Rohit Prabhavalkar

Rohit Prabhavalkar received his PhD in Computer Science and Engineering from The Ohio State University, USA, in 2013. Following his PhD, Rohit joined the Speech Technologies group at Google where he is currently a Staff Research Scientist. At Google, his research has focused primarily on developing compact acoustic models which can run efficiently on mobile devices, and on developing improved end-to-end automatic speech recognition systems. Rohit has co-authored over 50 refereed papers, which have received two best paper awards (ASRU 2017; ICASSP 2018). He currently serves as a member of the IEEE Speech and Language Processing Technical Committee (2018-2021) and as an associate editor of the IEEE/ACM Transactions on Audio, Speech, and Language Processing.

Lecture on End-to-end Models for Automatic Speech Recognition

Professor Martial Hebert

Martial Hebert is a Professor of Robotics and Director of the Robotics Institute at Carnegie-Mellon. His work is in the areas of computer vision and perception for autonomous systems. My interests are in the interpretation of perception data (both 2-D and 3-D), including building models of environments. Current research directions include: 

  • Use of contextual information, in particular 3-D geometry from images, for scene analysis
  • Symbolic knowledge for scene interpretation and reconstruction
  • Motion analysis for feature extraction and event detection in video clips
  • Efficient tools for the analysis of dynamic 3-D point clouds ("3-D signal processing"
  • Perception for autonomous systems
  • Detection, tracking, and prediction in dynamic environments
Lecture on Research Challenges in Using Computer Vision in Robotics Systems

Professor Alexandre Alahi

Alexandre Alahi is currently an Assistant Professor at EPFL. He spent five years at Stanford University as a Post-doc and Research Scientist after obtaining his Ph.D. from EPFL. His research enables machines to perceive the world and make decisions in the context of transportation problems and smart environments. He has worked on the theoretical challenges and practical applications of socially-aware Artificial Intelligence, i.e., systems equipped with perception and social intelligence. He was awarded the Swiss NSF early and advanced researcher grants for his work on predicting human social behavior. He won the CVPR Open Source Award (2012) for his work on Retina-inspired image descriptors, and the ICDSC Challenge Prize (2009) for his sparsity-driven algorithm that has tracked more than 100 million pedestrians to date. His research has been covered internationally by BBC, abc, PBS, Euronews, Wall street journal, and other national news outlets around the world. Alexandre has also co-founded multiple startups such as Visiosafe, and won several startup competitions. He was elected as one of the Top 20 Swiss Venture leaders in 2010.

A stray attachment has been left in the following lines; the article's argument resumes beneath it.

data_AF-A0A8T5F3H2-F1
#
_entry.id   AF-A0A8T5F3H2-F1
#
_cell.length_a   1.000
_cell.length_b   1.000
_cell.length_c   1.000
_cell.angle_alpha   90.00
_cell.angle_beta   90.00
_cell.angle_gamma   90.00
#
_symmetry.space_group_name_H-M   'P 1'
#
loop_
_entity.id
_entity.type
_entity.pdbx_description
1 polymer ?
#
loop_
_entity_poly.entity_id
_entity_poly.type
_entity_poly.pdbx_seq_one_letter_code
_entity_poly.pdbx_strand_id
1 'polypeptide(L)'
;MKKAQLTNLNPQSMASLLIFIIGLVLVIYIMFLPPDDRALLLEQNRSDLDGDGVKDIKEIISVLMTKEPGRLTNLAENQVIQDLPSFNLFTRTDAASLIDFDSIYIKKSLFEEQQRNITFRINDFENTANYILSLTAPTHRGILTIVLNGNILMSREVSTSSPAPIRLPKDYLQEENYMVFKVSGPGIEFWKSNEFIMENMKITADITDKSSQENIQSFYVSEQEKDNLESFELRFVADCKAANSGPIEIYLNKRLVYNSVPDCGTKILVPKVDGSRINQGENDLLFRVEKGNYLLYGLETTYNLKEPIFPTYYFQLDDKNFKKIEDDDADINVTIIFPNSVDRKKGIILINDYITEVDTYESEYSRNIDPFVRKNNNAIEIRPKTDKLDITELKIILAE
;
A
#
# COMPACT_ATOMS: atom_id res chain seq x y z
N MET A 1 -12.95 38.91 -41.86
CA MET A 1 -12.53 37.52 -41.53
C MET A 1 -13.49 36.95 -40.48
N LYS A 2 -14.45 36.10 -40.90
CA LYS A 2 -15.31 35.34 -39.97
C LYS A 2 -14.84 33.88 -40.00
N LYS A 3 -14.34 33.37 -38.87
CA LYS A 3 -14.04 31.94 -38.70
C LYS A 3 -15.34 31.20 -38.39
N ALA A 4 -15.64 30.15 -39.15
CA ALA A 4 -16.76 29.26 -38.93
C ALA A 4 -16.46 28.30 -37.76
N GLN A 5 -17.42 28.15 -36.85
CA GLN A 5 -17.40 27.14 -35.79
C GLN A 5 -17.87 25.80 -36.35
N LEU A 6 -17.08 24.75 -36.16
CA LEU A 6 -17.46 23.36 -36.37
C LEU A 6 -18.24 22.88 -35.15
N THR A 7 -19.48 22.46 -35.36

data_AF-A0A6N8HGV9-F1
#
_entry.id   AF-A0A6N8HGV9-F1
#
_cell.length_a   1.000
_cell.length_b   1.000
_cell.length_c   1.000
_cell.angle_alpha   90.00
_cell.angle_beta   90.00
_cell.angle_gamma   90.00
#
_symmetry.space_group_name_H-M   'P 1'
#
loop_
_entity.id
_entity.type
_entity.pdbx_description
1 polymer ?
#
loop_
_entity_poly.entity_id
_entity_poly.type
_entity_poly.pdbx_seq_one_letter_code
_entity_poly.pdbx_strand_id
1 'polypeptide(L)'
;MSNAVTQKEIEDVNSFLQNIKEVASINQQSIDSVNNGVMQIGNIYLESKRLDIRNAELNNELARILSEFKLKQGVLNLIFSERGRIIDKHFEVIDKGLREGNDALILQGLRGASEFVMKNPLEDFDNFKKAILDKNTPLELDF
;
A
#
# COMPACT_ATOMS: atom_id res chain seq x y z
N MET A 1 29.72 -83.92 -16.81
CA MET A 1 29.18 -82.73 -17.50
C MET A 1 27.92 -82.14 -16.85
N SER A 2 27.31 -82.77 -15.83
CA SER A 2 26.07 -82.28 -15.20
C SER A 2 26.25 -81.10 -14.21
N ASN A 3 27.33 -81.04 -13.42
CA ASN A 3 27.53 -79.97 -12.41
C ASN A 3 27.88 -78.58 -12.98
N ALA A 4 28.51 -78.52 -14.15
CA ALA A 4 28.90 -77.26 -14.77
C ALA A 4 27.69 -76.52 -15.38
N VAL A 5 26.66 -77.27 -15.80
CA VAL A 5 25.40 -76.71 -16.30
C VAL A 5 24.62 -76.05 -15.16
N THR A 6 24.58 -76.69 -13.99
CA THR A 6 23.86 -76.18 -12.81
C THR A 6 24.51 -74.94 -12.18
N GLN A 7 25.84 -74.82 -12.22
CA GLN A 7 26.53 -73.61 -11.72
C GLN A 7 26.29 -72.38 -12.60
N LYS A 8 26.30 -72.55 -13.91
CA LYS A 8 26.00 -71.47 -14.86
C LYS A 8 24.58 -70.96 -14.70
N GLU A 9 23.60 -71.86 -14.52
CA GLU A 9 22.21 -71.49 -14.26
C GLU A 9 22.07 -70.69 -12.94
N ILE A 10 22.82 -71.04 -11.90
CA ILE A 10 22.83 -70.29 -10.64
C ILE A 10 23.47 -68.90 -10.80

Lecture on Deep Learning for Self-driving cars and Beyond

Professor Graham Taylor

Graham Taylor is a Canada Research Chair and Associate Professor of Engineering at the University of Guelph. He leads the Machine Learning Research Group at the University of Guelph. His research spans a number of topics in deep learning. He is interested in open problems such as how to effectively learn with less labeled data, and how to build human-centred AI systems. He is interested in methodologies such as generative modelling, graph representation learning and sequential decision making. He also pursues applied projects that leverage computer vision to mitigate biodiversity loss.

Lecture on Towards Interpretable and Robust Machine Learning Systems

Tomas Mikolov

Tomas Mikolov is a computer scientist working in the field of machine learning. He is currently a Research Scientist at Czech Institute of Informatics, Robotics and Cybernetics. Previously, he was a researcher at Facebook. Mikolov also worked as a visiting researcher at Johns Hopkins University, Université de Montréal, Microsoft and Google.

Lecture on Representational Learning in NLP & Neural Language Models